How can we improve local decision making?

two women sitting next to each other talking, at a table strewn with notes, pens and pads of paper. Behind them sit other people at tables, talking
Two people talking at the first Public Square event, in Manchester, November 2018

In November 2018, we invited people with an interest in local decision making to Manchester for Public Square’s first public event. We wanted to discuss with them how to improve local democracy. The attendees included people from community and voluntary organisations, active citizens, academics, and people working in local government.

What we talked about

Introducing Public Square

The project team from The Democratic Society and mySociety introduced Public Square, describing our vision for the programme. You can see an edited-down version of the slide pack that we showed on the day below. And you can read ‘What is Public Square‘ which will tell you more about the programme.

We then facilitated a series of conversations, working through a number of exercises to help us think about local decision making – our hopes for it, the things that aren’t working and the opportunities we have to improve it. This was broken down into a series of exercises…

Conversation one: Our collective aspiration

We started the facilitated conversations by asking people to tell us about their own personal visions for better participation in local government, asking: “What it is that made you care enough to spend your Monday at an event like this. What is the dream you want to achieve?”

Over the course of 15 minutes and and using large Post-it notes, participants shared their visions – sticking them up on a ‘vision wall’.

A brick wall peppered with multi-colorued notes
Post it notes created by participants at the Public Square, sharing their aspirations for local decision making. From the event on the 19 November 2018

Conversation two: Our realities

To help us think about a better reality, we asked people to consider what local democracy is like now. In pairs, we asked people to each spend 10 minutes telling their partner about their experience of local democracy, be it good and bad. There weren’t any outputs from this part of the conversation.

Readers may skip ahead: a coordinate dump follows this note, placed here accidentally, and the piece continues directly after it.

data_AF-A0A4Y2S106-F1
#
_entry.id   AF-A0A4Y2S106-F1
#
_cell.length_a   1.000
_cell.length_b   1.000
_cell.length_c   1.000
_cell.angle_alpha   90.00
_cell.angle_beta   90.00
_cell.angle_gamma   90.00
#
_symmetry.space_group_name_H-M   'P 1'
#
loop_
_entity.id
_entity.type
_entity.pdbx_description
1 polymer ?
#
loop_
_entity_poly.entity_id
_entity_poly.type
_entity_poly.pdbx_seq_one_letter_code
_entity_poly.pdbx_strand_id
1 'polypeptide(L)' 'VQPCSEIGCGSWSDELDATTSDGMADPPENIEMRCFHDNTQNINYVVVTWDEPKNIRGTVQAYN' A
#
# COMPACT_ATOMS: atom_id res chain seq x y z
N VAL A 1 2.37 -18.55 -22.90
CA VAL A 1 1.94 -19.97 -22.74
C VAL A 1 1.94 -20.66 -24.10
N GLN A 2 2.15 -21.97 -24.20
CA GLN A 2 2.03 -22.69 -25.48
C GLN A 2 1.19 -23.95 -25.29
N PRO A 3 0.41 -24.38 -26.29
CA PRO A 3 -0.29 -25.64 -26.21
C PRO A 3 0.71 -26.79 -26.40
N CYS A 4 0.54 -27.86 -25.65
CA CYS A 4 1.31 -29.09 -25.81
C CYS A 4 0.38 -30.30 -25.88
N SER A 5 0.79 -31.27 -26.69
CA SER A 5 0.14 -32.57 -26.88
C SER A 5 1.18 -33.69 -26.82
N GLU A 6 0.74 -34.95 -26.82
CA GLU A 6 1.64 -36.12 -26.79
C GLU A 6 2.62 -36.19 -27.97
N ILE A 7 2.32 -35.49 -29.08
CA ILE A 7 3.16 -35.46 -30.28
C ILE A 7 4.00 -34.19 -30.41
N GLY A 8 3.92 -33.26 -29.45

Conversation three: What is working?

Working in groups of about five, we asked people to think about what is working. What are the initiatives that are making a positive difference to local democracy. Within this we asked people to also think about who is doing interesting, promising stuff on this topic. Groups had thirty minutes to talk about this, with flip charts and post-its notes used to capture key points. After the discussion there was 15 minutes to share things back between groups.

Conversation four: What is getting in the way?

a flip chart with post it notes on it
A flip chart that people attending the Public Square meeting believed are holding back local decision making

Next we asked the same small groups to think about what’s getting in the way of a better local democracy. There was just under an hour to think about this, including exploring whether there were any commonalities amongst the different issues faced. Groups again had a chance to share back what they’d each talked about.

Conversation five: Exploring opportunities

Lastly we asked people to share their suggestions for how we can make local democracy better. Participants were encouraged to throw out ideas regardless of how left-field they are. After groups had recorded suggestions on flip charts there was a chance to use dot voting as a simple way of showing which ideas people liked the most.

The data

You can read the raw data we collected from the exercises on a Google Sheet document.

We’ve collected some of the flip charts and photographed them – see the photographs here:

What’s next?

The event was hugely valuable in helping us to change some of our thinking about Public Square and we’ll be sharing more about the event very soon. When we can, we’ll be publishing:

  1. Reflections about what our own thoughts were about what people said – and telling you how they have affected our thinking on the programme.
  2. We’ll also tell you about actions that relate directly from the event – that include how we’ve made direct changes to what we’re doing because of what we heard.

Tell us what you think

If you attended the event we’d love to hear your own thoughts and reflections on the day. You can comment below or contact us directly!